Plantar fasciitis(PF) is a common condition that we see regularly in the clinic. It can be quite frustrating for sufferers because it can be chronic and resistant to treatment. It affects the feet, causing pain in the heel or arch of the foot. It is the most common cause of heel pain in adults, with a lifetime incidence of about 10% and an increased incidence in women 40 to 60 years of age. Plantar fasciitis is associated with a variety of sports but is mostly reported in recreational and elite runners (incidence of 5% to 10%).
In this post, we will discuss symptoms, anatomy, causes and treatments including plantar fasciitis treatment at home. This will help you make informed choices around taking the best step forward to get on top of this condition!
Table of Contents
- 1 Plantar Fasciitis Symptoms
- 2 Anatomy of The Plantar Fascia
- 3 Is Plantar Fasciitis Causing Your Foot Pain?
- 4 Causes and Contributing Factors of Plantar Fasciitis
- 5 Plantar Fasciitis Treatments
- 6 Plantar Fasciitis Treatment At Home
- 7 Plantar Fasciitis Treatment- Our Physiotherapy Approach
- 8 Plantar Fasciitis At Home Summary
- 9 Plantar Fasciitis References
Plantar Fasciitis Symptoms
Most people experience heel pain on the inside of the heel bone or extending into the arch of the foot. The pain is worse in the morning getting out of bed, then usually improves. It can recur during the day after periods of non-weight bearing again initially as you start to walk.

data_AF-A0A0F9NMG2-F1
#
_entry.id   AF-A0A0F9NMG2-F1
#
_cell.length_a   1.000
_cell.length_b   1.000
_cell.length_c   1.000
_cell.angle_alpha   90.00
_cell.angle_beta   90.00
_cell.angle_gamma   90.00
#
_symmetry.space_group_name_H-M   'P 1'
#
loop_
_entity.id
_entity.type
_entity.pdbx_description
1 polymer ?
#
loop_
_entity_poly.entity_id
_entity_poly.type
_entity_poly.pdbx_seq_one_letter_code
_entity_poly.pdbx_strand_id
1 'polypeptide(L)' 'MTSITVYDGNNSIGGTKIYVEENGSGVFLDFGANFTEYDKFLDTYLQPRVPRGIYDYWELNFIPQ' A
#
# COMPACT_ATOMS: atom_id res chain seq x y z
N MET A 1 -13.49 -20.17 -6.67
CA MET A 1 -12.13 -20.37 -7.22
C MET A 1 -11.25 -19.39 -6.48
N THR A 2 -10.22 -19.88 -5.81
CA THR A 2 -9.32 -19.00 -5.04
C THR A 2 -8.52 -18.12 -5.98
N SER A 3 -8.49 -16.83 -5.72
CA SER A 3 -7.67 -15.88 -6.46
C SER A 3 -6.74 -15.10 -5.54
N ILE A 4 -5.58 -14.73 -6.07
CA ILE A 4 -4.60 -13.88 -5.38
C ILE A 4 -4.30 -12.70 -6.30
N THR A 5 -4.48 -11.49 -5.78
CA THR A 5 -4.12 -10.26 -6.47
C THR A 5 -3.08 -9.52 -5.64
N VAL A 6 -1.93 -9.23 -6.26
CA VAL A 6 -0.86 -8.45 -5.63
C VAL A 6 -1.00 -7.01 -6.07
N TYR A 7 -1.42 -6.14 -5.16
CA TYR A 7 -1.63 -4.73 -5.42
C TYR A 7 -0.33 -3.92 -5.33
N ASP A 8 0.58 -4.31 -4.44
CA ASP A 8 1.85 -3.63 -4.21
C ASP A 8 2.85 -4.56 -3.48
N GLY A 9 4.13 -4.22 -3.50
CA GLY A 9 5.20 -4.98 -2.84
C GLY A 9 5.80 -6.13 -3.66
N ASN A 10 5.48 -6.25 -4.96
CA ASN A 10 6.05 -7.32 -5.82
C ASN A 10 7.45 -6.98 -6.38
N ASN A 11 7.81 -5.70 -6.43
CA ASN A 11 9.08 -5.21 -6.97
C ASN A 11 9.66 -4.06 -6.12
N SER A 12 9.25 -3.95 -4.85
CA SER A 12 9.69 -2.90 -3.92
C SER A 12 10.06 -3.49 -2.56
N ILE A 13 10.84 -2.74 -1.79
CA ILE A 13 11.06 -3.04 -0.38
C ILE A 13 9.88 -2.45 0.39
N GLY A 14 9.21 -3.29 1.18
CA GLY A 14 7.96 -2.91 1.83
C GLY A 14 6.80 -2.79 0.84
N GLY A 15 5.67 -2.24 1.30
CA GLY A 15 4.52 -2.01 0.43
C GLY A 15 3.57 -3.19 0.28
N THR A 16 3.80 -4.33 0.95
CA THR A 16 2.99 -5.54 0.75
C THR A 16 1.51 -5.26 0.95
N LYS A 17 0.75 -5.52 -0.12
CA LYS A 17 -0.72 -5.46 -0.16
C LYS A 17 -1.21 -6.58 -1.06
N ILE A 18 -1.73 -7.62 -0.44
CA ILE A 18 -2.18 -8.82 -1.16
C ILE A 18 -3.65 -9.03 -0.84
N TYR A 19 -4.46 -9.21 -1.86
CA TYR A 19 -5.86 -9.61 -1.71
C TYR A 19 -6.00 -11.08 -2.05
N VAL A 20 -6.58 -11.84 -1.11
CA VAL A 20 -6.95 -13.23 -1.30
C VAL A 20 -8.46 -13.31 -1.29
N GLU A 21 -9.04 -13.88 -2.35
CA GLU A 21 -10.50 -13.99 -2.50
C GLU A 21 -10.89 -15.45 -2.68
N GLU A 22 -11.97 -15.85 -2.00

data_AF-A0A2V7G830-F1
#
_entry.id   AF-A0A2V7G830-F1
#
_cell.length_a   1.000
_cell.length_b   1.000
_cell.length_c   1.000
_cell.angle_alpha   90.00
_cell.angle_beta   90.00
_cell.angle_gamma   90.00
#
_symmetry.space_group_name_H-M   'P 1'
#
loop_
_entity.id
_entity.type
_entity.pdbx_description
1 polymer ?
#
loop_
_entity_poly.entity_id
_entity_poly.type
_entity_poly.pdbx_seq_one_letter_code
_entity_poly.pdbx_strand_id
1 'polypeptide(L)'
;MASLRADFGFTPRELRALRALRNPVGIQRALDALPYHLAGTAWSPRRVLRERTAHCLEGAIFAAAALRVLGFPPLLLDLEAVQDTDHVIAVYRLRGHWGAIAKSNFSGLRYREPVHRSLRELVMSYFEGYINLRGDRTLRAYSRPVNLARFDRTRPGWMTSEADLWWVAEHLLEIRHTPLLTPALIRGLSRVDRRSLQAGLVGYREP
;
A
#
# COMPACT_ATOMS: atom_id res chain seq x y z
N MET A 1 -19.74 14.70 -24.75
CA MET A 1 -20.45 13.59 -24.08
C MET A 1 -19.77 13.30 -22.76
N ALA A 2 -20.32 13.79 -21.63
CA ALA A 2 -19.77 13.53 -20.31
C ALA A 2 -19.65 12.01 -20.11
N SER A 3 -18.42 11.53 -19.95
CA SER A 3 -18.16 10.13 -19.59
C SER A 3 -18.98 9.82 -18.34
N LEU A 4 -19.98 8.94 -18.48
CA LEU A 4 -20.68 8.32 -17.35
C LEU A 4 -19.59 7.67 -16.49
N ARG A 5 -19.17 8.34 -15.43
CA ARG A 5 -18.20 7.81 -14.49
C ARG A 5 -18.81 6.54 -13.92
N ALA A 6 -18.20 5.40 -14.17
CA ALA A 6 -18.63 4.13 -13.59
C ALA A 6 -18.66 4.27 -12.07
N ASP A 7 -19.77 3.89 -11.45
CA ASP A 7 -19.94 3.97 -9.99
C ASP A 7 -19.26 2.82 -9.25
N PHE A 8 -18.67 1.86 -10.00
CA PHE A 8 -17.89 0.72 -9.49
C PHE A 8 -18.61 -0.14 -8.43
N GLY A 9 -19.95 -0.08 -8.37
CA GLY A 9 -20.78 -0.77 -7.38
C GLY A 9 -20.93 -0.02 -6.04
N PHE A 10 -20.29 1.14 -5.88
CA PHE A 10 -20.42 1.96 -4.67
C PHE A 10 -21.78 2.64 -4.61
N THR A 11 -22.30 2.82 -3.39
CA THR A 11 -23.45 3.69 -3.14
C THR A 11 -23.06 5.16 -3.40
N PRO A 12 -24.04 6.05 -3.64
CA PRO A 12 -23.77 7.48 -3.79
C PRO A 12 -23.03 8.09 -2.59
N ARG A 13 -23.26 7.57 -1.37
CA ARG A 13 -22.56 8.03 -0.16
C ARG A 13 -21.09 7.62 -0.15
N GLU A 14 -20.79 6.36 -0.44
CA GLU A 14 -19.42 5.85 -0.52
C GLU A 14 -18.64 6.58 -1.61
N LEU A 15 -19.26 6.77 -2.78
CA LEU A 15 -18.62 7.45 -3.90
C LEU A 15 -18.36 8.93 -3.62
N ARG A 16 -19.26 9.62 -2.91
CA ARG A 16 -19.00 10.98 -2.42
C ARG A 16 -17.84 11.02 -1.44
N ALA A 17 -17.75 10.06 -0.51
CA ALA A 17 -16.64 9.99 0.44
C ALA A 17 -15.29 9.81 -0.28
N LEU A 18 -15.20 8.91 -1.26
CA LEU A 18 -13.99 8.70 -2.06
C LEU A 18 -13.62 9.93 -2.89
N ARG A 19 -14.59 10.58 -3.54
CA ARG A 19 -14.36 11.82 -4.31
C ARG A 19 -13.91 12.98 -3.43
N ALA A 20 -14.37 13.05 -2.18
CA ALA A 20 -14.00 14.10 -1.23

It can be worse after running or playing sport, especially after getting up from sitting afterwards.
Anatomy of The Plantar Fascia
The plantar fascia is a thick band of tissue that runs along the bottom of the foot, connecting the heel bone to the toes. It acts as a shock absorber and helps support the arch of the foot. It also shortens the foot during the propulsive stage of the gait cycle. Plantar fasciitis is essentially a biomechanical overload condition, and while there may be inflammation in the early stages of the condition, the pathology is one of degeneration of the fascia with or without micro tears. This can cause pain and discomfort in the heel or arch of the foot.
Is Plantar Fasciitis Causing Your Foot Pain?
Causes and Contributing Factors of Plantar Fasciitis
There are many factors that can contribute to the onset of plantar fasciitis, including:
- Excessive loading: Overuse or increased loading of the foot is one of the most common causes of plantar fasciitis. This can happen with activities such as running, jumping, or standing for long periods.
- Age: As we age, the plantar fascia can become weaker and less flexible, increasing the risk of injury.